Some people say that the good news of the gospel is…too good.
Ever since the Apostle Paul preached, this gospel has been under attack with an old chestnut that goes something like this: “If salvation is a free gift, then let’s live any way we choose!” Or as Paul himself said in Romans 6:1, shall we “continue in sin that grace may abound”? There is a certain logic to it, no? If Christ has paid for sin, past, present and future, why not do as you please?
Well, here’s why: because when someone truly believes the gospel, they receive the Holy Spirit, which means that they receive a new heart (Ezekiel 36:36). This new heart enables them to truly understanding that Christ has died in their place for their sin. When someone truly “gets” that sacrifice by the power of the Spirit, their heart melts…and they change.
Saving Private Ryan
The movie Saving Private Ryan provides a good illustration. Here, in the aftermath of D-Day, Tom Hanks plays John Miller, an army captain who is assigned a mission to go into all of war-torn France and find one lone private – James Frances Ryan. The brass want Private Ryan brought out of the war because all of his brothers have been killed in combat, and his mother is to receive 3 horrific telegrams in one day; they don’t want her to eventually receive a fourth. Action ensues, and, as it happens, at the end of the movie, every man assigned to find Ryan has been killed in the search, except for one. And when this last man, Captain Miller himself, lays dying, he brings the surviving Ryan near and says, “Earn this.”
The movie closes decades later with an elderly Private Ryan coming to the Normandy cemetery to see Miller’s grave. He turns to his wife and asks her to confirm that he has lived a good life, that he is indeed a good man. She confirms it, and he stands at attention and salute’s Miller’s grave.
It’s a powerful movie moment and carries a life-changing truth: When someone sacrifices his life for you, and you are “in touch” with it, you can never be the same.
Now, leaving aside the idea that we might be able to “earn” what Christ has done for us – we can’t – what we take away from this is that everyone who truly believes Christ has been hanged on a tree for them, seeks to live for Him. By the power of the Spirit, they become full of what Paul called “conviction”:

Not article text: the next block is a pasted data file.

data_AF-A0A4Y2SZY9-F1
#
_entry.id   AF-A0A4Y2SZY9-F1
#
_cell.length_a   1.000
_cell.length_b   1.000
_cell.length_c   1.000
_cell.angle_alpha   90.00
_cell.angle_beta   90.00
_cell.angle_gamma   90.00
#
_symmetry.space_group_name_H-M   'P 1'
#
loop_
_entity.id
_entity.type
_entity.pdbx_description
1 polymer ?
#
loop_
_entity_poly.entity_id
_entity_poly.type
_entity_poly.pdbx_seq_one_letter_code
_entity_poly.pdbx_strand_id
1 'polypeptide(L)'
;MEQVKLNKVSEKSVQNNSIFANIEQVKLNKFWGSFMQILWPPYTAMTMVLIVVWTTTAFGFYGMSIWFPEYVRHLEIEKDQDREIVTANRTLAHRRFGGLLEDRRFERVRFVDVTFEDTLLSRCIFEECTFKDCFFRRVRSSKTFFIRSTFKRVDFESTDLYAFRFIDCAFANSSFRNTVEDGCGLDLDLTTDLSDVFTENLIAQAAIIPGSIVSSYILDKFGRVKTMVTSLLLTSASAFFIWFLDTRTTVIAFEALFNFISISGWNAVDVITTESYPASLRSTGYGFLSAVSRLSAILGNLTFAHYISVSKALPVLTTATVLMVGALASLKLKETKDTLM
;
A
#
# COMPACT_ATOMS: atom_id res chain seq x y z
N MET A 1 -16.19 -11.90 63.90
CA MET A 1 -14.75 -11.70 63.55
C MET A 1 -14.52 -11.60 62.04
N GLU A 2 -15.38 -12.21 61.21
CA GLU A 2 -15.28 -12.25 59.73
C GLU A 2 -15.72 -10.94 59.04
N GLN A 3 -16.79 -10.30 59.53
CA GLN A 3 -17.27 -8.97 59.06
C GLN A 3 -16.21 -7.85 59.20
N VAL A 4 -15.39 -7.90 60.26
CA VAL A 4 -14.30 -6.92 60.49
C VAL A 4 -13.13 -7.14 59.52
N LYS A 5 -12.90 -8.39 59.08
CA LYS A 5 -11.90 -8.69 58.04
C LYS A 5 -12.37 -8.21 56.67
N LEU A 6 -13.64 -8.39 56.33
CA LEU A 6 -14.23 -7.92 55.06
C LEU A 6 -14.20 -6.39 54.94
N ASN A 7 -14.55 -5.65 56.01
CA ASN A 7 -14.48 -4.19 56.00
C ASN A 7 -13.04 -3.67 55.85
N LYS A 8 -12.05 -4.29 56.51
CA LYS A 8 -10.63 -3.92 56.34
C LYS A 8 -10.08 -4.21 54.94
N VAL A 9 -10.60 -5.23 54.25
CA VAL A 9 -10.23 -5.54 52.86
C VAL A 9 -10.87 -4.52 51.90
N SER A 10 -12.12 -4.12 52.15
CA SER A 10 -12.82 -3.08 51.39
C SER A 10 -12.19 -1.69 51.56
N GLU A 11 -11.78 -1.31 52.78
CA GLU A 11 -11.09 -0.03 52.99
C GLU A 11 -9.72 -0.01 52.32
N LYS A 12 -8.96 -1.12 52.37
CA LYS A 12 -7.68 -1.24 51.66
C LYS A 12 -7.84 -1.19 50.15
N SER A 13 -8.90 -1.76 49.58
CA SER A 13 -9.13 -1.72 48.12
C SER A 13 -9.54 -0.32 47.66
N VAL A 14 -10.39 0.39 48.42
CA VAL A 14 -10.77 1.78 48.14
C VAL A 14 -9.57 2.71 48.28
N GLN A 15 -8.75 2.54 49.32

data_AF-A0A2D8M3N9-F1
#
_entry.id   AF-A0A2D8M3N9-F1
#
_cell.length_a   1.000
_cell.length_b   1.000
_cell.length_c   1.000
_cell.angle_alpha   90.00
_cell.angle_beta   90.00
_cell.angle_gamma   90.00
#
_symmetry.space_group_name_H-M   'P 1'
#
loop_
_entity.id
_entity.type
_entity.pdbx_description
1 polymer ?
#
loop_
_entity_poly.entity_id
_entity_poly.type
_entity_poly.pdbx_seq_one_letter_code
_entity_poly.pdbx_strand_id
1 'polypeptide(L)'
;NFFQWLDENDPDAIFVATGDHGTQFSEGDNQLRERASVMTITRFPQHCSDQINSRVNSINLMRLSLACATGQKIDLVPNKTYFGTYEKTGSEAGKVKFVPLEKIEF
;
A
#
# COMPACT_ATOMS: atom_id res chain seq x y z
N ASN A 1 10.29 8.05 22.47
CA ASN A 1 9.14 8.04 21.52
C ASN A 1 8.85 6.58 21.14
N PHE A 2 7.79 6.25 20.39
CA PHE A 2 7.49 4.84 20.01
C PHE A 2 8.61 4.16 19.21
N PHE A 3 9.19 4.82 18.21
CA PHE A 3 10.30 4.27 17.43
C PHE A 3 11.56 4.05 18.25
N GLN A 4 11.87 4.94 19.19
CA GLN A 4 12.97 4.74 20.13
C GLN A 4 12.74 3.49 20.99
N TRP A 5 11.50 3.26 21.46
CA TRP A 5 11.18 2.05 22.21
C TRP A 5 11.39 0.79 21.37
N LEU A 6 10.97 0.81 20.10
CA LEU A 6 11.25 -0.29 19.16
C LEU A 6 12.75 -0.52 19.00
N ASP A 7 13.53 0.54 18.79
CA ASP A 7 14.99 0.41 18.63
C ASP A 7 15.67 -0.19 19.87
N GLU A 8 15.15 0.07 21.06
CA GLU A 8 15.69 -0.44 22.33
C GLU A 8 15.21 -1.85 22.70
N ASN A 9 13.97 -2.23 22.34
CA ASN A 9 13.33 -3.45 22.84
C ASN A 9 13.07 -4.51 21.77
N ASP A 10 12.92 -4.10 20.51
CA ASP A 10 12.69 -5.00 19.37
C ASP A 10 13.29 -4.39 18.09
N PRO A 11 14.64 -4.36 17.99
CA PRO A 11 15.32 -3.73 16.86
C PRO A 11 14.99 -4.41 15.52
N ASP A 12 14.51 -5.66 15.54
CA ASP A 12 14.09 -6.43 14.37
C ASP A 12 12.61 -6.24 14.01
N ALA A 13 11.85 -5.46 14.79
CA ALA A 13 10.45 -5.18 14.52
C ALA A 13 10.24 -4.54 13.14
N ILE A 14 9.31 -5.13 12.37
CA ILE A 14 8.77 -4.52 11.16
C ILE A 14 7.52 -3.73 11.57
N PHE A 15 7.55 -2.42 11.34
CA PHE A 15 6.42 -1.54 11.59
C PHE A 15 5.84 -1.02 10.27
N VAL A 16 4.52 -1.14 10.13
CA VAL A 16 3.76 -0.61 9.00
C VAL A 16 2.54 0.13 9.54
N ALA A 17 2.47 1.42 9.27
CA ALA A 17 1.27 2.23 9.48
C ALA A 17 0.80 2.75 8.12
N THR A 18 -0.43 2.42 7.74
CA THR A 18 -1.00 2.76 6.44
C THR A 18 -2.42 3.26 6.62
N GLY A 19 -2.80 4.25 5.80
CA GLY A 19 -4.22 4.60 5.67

For we know, brothers loved by God, that he has chosen you, because our gospel came to you not only in word, but also in power and in the Holy Spirit and with full conviction… 1 Thessalonians 1:4-5 (ESV)
Paul said that he knew the Thessalonians were chosen by God (that is, true Christians) because they, by the power of the Spirit, lived lives of conviction, that is, purposeful, sober-minded, God-centered lives. And so, when you see someone behaving however they please, living totally for self, and yet claiming to be a Christian, you have reason to scratch your head and wonder if they are the real thing. Now, we can’t know for sure and it’s not up to us anyway, but we do know this: when the gospel comes, I mean when it really comes to someone, that person can never say, “Great, I can sin all I want now.”
Any more, that is, than Private Ryan could kick dirt on Captain Miller’s grave.
August 14, 2015 at 8:54 am
Seems like every day with tears I read your posts. Thank you.
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August 14, 2015 at 8:56 am
Every day I read your posts with tears. Thank you
August 14, 2015 at 11:11 am
Thanks again, brother!
August 14, 2015 at 11:58 pm
Sometimes this can be a hard one for me. I want to, & usually do think that if someone confesses they really understand, their heart has melted & they’re changing. Coming from a legalistic background, I don’t want to judge anymore; “ok,on a scale of 1 to 10, how much have they changed?”
If they don’t do this & this anymore but still do this, have they really had a heart change? If they go to church every Sunday now (& never did before), but rarely have anything else to do at church, are they really “saved”? Ok, maybe saved, but are they living for the Lord – & if not, have they had that real spiritual heart change? I know where I stand w/ the Lord (& I’d hope no one questions that), but I still sin. So where is the cut off? I’m glad Christ is the one who has to decide this one, and not me, that’s what I know for sure! Thanks for the thought provoking blogs & sermons the past week, Rog!